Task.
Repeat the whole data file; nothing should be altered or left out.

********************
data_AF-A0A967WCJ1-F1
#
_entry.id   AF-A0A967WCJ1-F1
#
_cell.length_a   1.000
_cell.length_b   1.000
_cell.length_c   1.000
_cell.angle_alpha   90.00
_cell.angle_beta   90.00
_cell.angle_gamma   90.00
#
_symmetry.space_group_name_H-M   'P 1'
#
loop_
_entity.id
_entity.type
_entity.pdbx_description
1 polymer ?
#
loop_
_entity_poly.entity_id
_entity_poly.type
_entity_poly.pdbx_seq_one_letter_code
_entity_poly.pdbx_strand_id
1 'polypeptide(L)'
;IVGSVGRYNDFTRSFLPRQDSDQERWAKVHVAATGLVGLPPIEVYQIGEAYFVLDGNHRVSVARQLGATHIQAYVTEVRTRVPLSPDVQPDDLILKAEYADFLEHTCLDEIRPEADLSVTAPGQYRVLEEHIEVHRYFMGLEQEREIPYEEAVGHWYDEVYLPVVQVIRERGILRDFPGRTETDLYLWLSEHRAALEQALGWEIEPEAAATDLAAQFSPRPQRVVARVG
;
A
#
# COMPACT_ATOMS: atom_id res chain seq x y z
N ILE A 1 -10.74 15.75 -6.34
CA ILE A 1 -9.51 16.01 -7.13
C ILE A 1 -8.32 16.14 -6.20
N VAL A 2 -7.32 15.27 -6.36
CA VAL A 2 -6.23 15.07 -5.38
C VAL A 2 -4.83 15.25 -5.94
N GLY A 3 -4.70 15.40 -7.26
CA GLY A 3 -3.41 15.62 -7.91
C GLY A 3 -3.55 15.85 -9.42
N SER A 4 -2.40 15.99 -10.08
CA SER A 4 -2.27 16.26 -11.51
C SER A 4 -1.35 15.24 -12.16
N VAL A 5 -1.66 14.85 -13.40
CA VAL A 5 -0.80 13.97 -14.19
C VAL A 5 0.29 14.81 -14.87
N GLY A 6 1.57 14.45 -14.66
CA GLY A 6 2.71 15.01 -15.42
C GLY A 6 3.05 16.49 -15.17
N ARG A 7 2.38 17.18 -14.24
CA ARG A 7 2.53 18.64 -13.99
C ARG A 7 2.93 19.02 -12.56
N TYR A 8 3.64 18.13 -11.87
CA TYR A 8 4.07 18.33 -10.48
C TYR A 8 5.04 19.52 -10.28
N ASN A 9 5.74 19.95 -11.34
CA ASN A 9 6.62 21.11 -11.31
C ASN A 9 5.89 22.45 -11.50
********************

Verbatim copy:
data_AF-A0A967WCJ1-F1
#
_entry.id   AF-A0A967WCJ1-F1
#
_cell.length_a   1.000
_cell.length_b   1.000
_cell.length_c   1.000
_cell.angle_alpha   90.00
_cell.angle_beta   90.00
_cell.angle_gamma   90.00
#
_symmetry.space_group_name_H-M   'P 1'
#
loop_
_entity.id
_entity.type
_entity.pdbx_description
1 polymer ?
#
loop_
_entity_poly.entity_id
_entity_poly.type
_entity_poly.pdbx_seq_one_letter_code
_entity_poly.pdbx_strand_id
1 'polypeptide(L)'
;IVGSVGRYNDFTRSFLPRQDSDQERWAKVHVAATGLVGLPPIEVYQIGEAYFVLDGNHRVSVARQLGATHIQAYVTEVRTRVPLSPDVQPDDLILKAEYADFLEHTCLDEIRPEADLSVTAPGQYRVLEEHIEVHRYFMGLEQEREIPYEEAVGHWYDEVYLPVVQVIRERGILRDFPGRTETDLYLWLSEHRAALEQALGWEIEPEAAATDLAAQFSPRPQRVVARVG
;
A
#
# COMPACT_ATOMS: atom_id res chain seq x y z
N ILE A 1 -10.74 15.75 -6.34
CA ILE A 1 -9.51 16.01 -7.13
C ILE A 1 -8.32 16.14 -6.20
N VAL A 2 -7.32 15.27 -6.36
CA VAL A 2 -6.23 15.07 -5.38
C VAL A 2 -4.83 15.25 -5.94
N GLY A 3 -4.70 15.40 -7.26
CA GLY A 3 -3.41 15.62 -7.91
C GLY A 3 -3.55 15.85 -9.42
N SER A 4 -2.40 15.99 -10.08
CA SER A 4 -2.27 16.26 -11.51
C SER A 4 -1.35 15.24 -12.16
N VAL A 5 -1.66 14.85 -13.40
CA VAL A 5 -0.80 13.97 -14.19
C VAL A 5 0.29 14.81 -14.87
N GLY A 6 1.57 14.45 -14.66
CA GLY A 6 2.71 15.01 -15.42
C GLY A 6 3.05 16.49 -15.17
N ARG A 7 2.38 17.18 -14.24
CA ARG A 7 2.53 18.64 -13.99
C ARG A 7 2.93 19.02 -12.56
N TYR A 8 3.64 18.13 -11.87
CA TYR A 8 4.07 18.33 -10.48
C TYR A 8 5.04 19.52 -10.28
N ASN A 9 5.74 19.95 -11.34
CA ASN A 9 6.62 21.11 -11.31
C ASN A 9 5.89 22.45 -11.50